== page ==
AT Shaw, A Meissner, JA Dowdle, D Crowley, M Magendantz, C Ouyang, T Parisi, J Rajagopal, LJ Blank, RT Bronson, JR Stone, DA Tuveson, R Jaenisch, T Jacks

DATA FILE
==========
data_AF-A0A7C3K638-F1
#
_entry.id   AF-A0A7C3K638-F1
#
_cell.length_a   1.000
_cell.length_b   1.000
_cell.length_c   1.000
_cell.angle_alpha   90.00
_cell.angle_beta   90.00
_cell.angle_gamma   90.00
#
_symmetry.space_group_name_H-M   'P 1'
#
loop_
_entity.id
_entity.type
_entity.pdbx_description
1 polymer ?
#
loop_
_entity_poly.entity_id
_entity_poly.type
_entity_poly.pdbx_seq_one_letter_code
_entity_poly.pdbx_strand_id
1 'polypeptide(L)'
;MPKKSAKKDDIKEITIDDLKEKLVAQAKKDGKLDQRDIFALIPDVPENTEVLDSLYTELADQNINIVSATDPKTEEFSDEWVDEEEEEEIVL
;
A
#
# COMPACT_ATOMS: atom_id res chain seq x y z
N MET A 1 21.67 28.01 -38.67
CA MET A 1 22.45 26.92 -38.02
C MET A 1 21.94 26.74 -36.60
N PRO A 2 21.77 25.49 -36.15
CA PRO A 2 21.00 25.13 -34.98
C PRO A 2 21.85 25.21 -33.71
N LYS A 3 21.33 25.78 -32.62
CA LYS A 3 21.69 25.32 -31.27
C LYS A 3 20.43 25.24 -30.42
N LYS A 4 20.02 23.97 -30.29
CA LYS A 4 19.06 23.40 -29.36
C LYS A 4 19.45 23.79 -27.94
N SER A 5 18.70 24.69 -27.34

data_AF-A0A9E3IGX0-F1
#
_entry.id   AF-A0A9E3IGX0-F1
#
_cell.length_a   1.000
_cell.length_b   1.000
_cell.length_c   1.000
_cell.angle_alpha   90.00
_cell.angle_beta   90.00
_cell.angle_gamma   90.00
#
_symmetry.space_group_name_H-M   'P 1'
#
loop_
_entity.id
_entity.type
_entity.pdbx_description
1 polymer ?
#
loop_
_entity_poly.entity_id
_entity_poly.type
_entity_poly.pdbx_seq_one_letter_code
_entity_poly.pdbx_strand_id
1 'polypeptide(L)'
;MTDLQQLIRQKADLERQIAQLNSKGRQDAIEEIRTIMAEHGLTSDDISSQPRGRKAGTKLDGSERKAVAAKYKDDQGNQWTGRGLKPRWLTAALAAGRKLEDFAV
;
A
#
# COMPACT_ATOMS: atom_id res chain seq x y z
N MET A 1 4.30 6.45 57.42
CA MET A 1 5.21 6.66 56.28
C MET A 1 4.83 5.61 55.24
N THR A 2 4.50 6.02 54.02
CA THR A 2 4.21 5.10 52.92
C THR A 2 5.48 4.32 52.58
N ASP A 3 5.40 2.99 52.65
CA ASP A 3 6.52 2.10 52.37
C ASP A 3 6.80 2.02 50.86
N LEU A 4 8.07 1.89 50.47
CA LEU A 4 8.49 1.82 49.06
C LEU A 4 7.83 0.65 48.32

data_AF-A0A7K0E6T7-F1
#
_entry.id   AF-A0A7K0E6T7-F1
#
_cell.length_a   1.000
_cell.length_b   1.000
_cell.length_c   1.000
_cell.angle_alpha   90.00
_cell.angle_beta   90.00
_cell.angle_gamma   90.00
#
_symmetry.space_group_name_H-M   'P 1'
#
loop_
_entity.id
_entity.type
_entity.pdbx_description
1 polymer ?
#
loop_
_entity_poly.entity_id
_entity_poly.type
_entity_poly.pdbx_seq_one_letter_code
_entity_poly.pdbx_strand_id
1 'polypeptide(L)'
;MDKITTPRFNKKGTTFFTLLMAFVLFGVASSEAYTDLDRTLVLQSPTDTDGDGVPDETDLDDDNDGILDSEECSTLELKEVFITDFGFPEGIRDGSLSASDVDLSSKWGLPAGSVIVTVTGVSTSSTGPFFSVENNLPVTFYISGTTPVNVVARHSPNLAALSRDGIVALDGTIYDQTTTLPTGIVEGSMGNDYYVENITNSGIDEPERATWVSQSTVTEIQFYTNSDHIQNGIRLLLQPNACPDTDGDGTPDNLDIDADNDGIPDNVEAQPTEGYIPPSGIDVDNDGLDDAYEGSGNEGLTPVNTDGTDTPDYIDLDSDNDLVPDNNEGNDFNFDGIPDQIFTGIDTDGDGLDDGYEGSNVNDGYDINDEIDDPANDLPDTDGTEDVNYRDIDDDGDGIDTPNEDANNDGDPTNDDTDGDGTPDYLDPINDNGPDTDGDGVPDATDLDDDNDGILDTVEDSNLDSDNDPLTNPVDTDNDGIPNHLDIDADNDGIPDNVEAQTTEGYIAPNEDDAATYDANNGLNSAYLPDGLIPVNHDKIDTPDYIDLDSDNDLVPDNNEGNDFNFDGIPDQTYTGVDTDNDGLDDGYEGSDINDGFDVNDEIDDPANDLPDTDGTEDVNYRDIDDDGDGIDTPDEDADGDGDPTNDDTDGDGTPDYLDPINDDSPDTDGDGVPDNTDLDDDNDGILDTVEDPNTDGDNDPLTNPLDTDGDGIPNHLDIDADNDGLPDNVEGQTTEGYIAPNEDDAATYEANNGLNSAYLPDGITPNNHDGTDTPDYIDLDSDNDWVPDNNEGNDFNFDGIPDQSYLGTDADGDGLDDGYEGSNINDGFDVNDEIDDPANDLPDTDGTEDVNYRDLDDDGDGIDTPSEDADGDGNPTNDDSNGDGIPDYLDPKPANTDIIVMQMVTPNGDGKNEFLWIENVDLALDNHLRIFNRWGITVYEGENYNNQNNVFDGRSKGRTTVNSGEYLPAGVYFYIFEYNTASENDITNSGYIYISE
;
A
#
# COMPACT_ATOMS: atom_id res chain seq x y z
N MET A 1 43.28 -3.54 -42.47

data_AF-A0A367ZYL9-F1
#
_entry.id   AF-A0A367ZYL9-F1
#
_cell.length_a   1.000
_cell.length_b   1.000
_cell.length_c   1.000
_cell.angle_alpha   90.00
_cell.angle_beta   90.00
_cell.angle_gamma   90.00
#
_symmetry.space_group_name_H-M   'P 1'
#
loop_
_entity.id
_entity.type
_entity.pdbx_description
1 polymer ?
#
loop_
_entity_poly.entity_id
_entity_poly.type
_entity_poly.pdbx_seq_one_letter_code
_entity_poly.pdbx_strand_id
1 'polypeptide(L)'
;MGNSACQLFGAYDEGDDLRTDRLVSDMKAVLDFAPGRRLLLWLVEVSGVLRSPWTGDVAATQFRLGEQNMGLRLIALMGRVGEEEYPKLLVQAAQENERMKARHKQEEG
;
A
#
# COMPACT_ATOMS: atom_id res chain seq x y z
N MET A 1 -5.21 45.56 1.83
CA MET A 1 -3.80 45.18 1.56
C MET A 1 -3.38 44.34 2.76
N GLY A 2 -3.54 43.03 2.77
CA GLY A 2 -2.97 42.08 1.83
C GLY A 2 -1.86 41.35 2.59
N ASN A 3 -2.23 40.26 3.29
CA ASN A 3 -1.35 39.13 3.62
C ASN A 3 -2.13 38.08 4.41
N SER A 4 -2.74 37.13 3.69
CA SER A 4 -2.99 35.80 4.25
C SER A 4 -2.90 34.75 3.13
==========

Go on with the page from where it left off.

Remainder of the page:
Somatic activation of Ras occurs frequently in human cancers, including one-third of lung cancers. Activating Ras mutations also occur in the germline, leading to complex developmental syndromes. The precise mechanism by which Ras activation results in human disease is uncertain. Here we describe the phenotype of a mouse engineered to harbor a germline oncogenic K-rasG12D mutation. This mouse exhibits early embryonic lethality due to a placental trophoblast defect. Reconstitution with a wild-type placenta rescues the early lethality, but mutant embryos still succumb to cardiovascular and hematopoietic defects. In addition, mutant embryos demonstrate a profound defect in lung branching morphogenesis associated with striking up-regulation of the Ras/mitogen-activated protein kinase (MAPK) antagonist Sprouty-2 and abnormal localization of MAPK activity within the lung epithelium. This defect can be significantly suppressed by lentiviral short hairpin RNA (shRNA)-mediated knockdown of Sprouty-2 in vivo. Furthermore, in the context of K-rasG12D-mediated lung tumorigenesis, Sprouty-2 is also up-regulated and functions as a tumor suppressor to limit tumor number and overall tumor burden. These findings indicate that in the lung, Sprouty-2 plays a critical role in the regulation of oncogenic K-ras, and implicate counter-regulatory mechanisms in the pathogenesis of Ras-based disease.